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Funded Projects Query Form
4 matches

Organization name: natural history museum of utah
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GI-50169-10

Natural History Museum of Utah (Salt Lake City, UT 84108-1214)
Rebecca T. Menlove (Project Director: August 2009 to August 2012)
Native Voices: People of the Great Basin and Colorado Plateau

Implementation of a long-term exhibition focused on the history, geography, linguistics, and contemporary life of the indigenous people of Utah.

Native Voices is a permanent exhibition slated to open in 2011 at the new Utah Museum of Natural History. Native Voices will focus on the history, geography, linguistics, and contemporary cultures of indigenous people of Utah whose traditional homelands and relations reach well beyond the state's boudaries. Here, traditions persist and culture endures for five distinctive but rarely represented native nations: Shoshone, Ute, Navajo, Paiute, and Goshute. The project will result in an exhibition of 3,300 square feet of indoor interpretive space and an outdoor amphitheater. More than 500 objects from UMNH ethnographic collections and multiple acquisitions of new works by contemporary indigenous artists will combine with audio narratives (in both English and native languages), historic and contemporary photographs, film components, and live programming to create an exchange of ideas and opportunities for broad cultural understanding for native and non-native visitors alike.

Project fields:
Native American Studies

Program:
America's Historical and Cultural Organizations: Implementation Grants

Division:
Public Programs

Totals:
$300,000 (approved)
$300,000 (awarded)

Grant period:
4/1/2010 – 3/31/2012


GE-50267-10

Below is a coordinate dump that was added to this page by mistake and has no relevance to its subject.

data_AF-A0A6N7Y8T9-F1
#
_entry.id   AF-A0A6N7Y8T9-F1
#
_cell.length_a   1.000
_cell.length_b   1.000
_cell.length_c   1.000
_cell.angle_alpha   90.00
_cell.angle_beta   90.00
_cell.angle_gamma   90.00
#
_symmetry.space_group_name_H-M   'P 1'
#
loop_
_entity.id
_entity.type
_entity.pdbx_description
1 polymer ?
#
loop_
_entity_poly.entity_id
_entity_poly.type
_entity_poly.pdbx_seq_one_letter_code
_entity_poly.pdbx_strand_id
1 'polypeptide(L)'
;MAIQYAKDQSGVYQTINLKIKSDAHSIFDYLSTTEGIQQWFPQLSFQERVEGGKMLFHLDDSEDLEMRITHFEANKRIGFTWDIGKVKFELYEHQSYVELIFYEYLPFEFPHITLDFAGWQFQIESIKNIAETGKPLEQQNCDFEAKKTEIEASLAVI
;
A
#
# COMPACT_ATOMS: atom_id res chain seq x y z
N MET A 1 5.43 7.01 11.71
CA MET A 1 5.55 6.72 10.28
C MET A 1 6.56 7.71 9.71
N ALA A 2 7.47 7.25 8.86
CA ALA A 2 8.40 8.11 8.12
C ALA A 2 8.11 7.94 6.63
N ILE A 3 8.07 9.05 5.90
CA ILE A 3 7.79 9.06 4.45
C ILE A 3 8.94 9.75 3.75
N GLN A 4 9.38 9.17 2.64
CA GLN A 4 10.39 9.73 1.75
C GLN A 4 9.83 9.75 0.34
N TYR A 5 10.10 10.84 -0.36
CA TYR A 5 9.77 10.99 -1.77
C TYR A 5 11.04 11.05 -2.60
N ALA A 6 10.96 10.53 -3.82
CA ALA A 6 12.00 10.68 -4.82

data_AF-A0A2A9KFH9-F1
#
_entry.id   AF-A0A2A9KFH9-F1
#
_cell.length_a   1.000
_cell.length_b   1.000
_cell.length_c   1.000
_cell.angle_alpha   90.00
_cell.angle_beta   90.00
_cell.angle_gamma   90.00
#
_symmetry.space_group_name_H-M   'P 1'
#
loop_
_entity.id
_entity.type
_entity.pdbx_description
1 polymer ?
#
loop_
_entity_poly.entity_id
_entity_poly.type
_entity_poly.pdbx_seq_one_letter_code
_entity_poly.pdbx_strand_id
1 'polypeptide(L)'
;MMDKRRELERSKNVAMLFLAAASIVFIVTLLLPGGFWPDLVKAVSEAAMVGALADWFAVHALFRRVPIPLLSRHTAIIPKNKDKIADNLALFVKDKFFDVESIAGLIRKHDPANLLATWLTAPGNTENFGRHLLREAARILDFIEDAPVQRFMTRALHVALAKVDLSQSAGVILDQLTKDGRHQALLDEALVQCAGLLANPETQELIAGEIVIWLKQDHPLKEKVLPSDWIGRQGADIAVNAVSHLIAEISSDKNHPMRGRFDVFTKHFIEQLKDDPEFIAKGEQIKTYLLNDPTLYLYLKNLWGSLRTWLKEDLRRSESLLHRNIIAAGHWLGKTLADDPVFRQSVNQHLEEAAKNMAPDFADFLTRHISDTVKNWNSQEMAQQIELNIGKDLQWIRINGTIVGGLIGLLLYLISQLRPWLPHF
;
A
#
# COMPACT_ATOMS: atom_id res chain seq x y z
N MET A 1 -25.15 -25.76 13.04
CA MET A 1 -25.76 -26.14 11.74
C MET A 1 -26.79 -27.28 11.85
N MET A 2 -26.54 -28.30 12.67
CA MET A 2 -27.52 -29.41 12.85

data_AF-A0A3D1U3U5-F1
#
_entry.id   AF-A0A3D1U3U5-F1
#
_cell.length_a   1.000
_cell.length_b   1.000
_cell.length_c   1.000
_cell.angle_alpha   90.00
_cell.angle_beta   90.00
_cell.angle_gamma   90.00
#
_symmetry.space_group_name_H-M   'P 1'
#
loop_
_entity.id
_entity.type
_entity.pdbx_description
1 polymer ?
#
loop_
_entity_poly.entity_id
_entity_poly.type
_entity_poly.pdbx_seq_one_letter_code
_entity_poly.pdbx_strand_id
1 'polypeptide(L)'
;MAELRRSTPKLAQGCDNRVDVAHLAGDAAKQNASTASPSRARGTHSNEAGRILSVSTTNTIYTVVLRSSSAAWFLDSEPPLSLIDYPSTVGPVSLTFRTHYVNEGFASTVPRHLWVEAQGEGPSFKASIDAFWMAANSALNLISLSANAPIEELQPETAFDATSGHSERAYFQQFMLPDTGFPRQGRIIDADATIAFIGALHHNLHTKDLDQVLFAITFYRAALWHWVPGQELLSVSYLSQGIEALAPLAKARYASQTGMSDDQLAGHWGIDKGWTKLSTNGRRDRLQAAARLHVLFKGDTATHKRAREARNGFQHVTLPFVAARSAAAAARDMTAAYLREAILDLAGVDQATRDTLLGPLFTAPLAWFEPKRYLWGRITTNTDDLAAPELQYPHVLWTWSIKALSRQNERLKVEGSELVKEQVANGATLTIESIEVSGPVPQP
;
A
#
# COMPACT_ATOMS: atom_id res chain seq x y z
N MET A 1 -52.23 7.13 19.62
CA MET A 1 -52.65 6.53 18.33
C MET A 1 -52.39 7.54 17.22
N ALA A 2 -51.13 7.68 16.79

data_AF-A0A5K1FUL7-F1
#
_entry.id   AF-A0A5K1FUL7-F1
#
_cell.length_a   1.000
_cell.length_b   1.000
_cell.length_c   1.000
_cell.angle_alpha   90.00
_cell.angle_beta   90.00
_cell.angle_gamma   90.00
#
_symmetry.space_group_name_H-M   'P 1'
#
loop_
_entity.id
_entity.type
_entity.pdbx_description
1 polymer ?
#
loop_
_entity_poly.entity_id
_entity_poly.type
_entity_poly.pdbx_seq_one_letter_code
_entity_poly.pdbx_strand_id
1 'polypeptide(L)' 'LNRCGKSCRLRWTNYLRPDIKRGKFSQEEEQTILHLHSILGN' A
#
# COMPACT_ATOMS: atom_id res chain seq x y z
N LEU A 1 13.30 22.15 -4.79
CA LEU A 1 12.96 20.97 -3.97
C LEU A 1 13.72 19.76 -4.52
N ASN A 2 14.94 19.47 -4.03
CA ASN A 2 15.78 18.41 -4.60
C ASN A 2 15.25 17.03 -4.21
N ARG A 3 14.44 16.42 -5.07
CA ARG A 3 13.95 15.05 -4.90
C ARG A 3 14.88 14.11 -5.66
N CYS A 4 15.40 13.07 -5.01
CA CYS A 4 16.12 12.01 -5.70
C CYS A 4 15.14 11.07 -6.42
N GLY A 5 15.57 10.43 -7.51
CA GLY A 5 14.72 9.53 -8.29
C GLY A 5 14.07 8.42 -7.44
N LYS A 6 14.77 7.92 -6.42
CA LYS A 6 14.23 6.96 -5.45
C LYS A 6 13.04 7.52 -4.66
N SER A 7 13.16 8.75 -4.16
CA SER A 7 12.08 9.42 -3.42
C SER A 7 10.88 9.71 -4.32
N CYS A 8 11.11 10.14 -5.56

Natural History Museum of Utah (Salt Lake City, UT 84108-1214)
Lisa Christine Thompson (Project Director: January 2010 to April 2012)
Rebecca T. Menlove (Project Director: April 2012 to December 2012)
The Navajo Basket Renaissance

Planning for a large temporary exhibition, a scaled-down traveling exhibit, a website, a catalogue, and programs on the resurgence of Navajo story baskets as a distinctive art form.

In a remote corner of the Navajo reservation in Utah, an art form believed nearly extinct has re-emerged with an explosion of innovation and creativity. The renaissance of Navajo basketry over the last four decades gave rise to a new form of basket - the story basket - that visually depicts traditional Navajo stories and beliefs. The Utah Museum of Natural History is undertaking a project to explore continuities and changes in contemporary Navajo life through the renaissance in Navajo basketry. The Navajo Basket Renaissance will examine Utah's Navajo basket weavers as both important keepers of tradition and agents of change in Navajo culture. Through a temporary exhibit at the Utah Museum of Natural History, a traveling exhibit, extensive public programs, and a catalogue, the project will engage audiences with living artists in a dynamic movement in a vital culture and help counterbalance perceptions of American Indian cultures as static or less "authentic" than in the past.

Project fields:
Interdisciplinary Studies, General

Program:
America's Historical and Cultural Organizations: Planning Grants

Division:
Public Programs

Totals:
$40,000 (approved)
$40,000 (awarded)

Grant period:
9/1/2010 – 8/31/2012


GM-26233-01

Natural History Museum of Utah (Salt Lake City, UT 84108-1214)
Ray Geiser (Project Director: September 2000 to present)
Cultural Heritage of Utah's Native American Nations

Consultation with members of the Goshute, Navajo, Paiute, Shoshoni, and Ute tribes in preparation for an exhibition on the cultural heritage of these peoples.

Project fields:
Anthropology

Program:
Humanities Projects in Museums and Historical Organizations

Division:
Public Programs

Totals:
$10,000 (approved)
$10,000 (awarded)

Grant period:
1/1/2001 – 1/31/2002


PA-24010-01

Natural History Museum of Utah (Salt Lake City, UT 84108-1214)
Duncan Metcalfe (Project Director: April 2001 to present)
Storage Cabinets for the Taylor Ethnographic Collection at the Utah Museum of Natural History

The purchase of storage furniture and supplies to rehouse material culture collections that document the history and culture of American Indians in North America. (12 months)

Project fields:
Anthropology

Program:
Preservation/Access Projects

Division:
Preservation and Access

Totals:
$5,000 (approved)
$5,000 (awarded)

Grant period:
9/1/2001 – 8/31/2002